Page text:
Tis the season for cookies, after all, and this shop in the Bronx serves up plenty, as well as all kinds of little cakes, pastries, and other sweet delicacies. If you're lucky, you'll overhear the elderly who frequent the place gossiping in English, Italian, or Albanian.

Thursday, December 24, 2009

Dumbo Christmas Tree

Happy holidays, everyone!

Wednesday, December 23, 2009

Let the Great World Spin

This is a novel about New York full of “hey, how’d he do that?” moments. It begins with an on-the-ground description of Philippe Petit’s tightrope walk across the Twin Towers on August 7, 1974, stomach-plunging to read about, let alone see or --- big gulp --- do. Then Colum McCann moves into a novella about two brothers, and then into two seemingly unrelated short stories --- all taking place on or about the day of the walk. Other chapters accrue, touching upon the earlier narratives and revisiting key characters. A masterful exposition on everyday interconnectedness results, one that’s also an allegory for September 11th.

For that day is the book’s true subject, even as its characters and plot(s) remain firmly grounded in the mid-1970s. There is sexism and racism, of the casual and not-so casual varieties, and simple acts of cruelty. An Irish monk, a Latina nurse, a black mother-and-daughter team of prostitutes, a fragile white socialite, and a druggy white artist are some of the characters. Part of McCann's point is to show that nothing, especially not a city so multitudinous, is ever just one thing --- one adjective will never be enough to describe it, one day will never be enough to define it. The towers represent our tendency to be monolithic about the city, to make seemingly indisputable claims that go something like "New York is . . . " The figure of tiny Petit walking between the wires represents us, all of us, doing our best in the shadow of tall, tall buildings.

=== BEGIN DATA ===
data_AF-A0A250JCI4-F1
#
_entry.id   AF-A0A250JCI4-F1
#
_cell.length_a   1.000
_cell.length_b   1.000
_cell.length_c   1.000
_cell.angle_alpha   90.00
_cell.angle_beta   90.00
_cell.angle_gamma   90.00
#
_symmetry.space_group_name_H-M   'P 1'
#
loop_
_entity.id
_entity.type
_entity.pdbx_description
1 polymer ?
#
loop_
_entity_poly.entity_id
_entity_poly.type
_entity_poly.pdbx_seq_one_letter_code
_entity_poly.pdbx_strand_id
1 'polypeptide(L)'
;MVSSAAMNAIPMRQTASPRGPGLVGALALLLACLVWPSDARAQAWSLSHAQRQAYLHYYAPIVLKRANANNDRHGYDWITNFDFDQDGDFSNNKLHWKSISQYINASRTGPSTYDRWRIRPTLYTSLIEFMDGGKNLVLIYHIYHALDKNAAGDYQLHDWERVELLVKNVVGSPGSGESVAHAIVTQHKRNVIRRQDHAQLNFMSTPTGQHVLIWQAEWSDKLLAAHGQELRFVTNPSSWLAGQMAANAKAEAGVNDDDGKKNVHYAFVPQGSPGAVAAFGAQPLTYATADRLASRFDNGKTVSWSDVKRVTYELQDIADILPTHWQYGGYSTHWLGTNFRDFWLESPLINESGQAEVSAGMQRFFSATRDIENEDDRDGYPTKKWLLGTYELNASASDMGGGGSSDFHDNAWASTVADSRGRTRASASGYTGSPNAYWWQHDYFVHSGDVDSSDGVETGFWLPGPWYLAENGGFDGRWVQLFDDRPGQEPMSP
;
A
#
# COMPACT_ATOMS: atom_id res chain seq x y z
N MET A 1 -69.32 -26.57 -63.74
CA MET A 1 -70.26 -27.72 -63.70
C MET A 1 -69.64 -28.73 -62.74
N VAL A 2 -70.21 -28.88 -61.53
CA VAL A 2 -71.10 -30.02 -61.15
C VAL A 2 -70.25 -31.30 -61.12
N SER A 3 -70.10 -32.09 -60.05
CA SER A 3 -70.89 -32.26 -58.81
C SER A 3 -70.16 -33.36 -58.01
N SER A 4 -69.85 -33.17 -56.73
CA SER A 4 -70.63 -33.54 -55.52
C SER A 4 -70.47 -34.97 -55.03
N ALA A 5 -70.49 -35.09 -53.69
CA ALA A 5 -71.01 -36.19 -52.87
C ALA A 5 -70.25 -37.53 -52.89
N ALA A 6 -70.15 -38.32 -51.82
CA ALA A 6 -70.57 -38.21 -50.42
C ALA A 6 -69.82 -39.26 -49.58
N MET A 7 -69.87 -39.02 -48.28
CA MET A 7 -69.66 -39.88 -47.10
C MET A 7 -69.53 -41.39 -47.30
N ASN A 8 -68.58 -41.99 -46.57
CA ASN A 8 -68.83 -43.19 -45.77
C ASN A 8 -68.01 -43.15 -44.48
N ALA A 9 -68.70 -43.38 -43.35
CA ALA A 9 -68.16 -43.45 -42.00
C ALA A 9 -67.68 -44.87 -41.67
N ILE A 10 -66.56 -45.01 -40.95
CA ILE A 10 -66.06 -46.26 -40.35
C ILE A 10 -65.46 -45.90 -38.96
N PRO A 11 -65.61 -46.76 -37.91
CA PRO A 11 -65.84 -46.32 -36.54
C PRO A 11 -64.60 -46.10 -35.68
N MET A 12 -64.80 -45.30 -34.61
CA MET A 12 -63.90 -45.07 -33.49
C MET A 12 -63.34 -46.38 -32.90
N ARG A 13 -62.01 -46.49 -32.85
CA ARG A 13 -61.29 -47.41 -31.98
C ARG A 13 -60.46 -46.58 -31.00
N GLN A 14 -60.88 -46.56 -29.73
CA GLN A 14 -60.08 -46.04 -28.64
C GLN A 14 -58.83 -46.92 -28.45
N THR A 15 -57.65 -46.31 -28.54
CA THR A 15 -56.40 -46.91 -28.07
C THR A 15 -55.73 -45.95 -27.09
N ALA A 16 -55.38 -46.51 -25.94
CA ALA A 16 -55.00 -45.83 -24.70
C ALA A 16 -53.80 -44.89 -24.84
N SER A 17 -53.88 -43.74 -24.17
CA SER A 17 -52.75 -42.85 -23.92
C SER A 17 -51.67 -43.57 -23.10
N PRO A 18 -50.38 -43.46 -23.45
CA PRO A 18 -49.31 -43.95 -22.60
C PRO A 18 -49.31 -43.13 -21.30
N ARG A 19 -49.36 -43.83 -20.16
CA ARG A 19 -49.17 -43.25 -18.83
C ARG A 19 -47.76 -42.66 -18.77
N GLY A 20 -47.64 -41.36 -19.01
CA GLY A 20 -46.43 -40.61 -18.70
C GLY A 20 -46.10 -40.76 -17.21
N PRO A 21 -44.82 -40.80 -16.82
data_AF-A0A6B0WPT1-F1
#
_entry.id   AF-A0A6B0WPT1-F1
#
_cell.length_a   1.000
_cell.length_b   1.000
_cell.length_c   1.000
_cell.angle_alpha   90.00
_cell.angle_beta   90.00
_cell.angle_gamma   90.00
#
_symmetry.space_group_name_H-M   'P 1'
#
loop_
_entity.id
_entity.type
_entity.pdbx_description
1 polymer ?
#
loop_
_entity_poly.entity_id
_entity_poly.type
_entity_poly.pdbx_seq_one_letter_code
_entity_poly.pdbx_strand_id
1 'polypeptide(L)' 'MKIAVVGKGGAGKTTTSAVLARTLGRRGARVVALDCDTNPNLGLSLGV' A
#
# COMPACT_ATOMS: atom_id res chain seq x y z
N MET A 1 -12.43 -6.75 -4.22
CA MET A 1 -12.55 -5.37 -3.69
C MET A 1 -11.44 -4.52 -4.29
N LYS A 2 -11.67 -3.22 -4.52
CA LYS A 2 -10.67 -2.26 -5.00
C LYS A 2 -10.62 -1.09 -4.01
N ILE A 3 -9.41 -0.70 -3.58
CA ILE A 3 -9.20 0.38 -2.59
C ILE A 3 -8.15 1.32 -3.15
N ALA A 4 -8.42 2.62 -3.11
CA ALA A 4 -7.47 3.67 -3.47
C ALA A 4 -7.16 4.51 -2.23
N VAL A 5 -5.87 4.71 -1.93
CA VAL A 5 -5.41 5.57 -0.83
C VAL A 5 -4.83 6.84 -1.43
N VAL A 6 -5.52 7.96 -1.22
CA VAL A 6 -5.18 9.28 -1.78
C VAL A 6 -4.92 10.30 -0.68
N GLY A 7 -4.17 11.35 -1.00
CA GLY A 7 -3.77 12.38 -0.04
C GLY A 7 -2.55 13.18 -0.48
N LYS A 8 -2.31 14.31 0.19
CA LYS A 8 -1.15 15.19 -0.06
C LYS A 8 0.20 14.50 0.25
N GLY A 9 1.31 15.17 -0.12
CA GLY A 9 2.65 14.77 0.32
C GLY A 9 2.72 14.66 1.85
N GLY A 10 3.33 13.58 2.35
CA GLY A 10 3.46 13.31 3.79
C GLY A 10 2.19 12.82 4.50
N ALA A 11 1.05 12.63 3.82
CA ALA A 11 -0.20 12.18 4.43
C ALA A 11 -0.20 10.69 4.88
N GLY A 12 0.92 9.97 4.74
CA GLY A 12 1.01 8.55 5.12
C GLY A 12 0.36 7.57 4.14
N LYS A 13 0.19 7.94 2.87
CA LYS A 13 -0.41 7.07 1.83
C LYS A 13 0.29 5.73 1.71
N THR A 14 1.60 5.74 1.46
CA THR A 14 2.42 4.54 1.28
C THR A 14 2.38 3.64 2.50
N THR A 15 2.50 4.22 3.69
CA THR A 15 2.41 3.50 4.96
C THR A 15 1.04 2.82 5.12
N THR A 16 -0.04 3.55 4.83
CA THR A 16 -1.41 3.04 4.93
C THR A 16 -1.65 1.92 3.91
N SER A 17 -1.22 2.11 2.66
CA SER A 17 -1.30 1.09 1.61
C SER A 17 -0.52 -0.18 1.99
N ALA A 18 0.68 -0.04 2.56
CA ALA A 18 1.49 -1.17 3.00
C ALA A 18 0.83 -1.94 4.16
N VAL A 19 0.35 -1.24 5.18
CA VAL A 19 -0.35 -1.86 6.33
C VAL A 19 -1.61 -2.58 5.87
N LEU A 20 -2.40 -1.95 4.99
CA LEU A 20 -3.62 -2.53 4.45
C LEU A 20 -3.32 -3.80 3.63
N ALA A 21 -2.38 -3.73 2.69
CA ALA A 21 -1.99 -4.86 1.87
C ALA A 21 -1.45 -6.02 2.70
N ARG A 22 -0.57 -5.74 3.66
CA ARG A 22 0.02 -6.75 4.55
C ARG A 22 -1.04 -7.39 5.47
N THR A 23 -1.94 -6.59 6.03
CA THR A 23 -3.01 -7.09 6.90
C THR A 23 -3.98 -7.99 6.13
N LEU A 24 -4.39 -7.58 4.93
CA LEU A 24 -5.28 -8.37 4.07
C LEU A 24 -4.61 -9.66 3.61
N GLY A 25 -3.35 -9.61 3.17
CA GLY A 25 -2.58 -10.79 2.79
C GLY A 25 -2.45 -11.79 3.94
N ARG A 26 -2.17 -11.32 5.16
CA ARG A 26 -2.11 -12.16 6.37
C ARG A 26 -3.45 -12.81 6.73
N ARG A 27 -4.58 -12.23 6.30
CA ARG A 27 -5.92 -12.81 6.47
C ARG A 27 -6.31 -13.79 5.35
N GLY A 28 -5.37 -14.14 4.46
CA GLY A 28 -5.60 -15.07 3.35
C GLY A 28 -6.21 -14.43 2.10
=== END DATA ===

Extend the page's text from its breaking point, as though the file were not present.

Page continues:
"'New York," one character sighs. "'All these people. Did you ever wonder what keeps us going?'" No one can believe what’s happened: a man walked across the towers! On a wire! The event becomes "[o]ne of those out-of-the-ordinary days that made sense of the slew of ordinary days." People die as new families and relationships are born. Years later, in a different context, another character answers the question of the first: beauty keeps us going . . . the image of a man on the wire, an unexpected friendship, a certain slant of light, novels such as these, about us, about the city.

Monday, December 21, 2009

The Frying Pan in Winter

In the summer months, the Frying Pan, a docked lightship salvaged from the bottom of the Chesapeake Bay, serves as one of the city's most popular outdoor bars. In the winter months, it's closed, though not locked, as we discovered. The detritus of summer's last hurrah made for some appealing exploring in the wake of this weekend's snowstorm.

Sunday, December 20, 2009

Gazala Place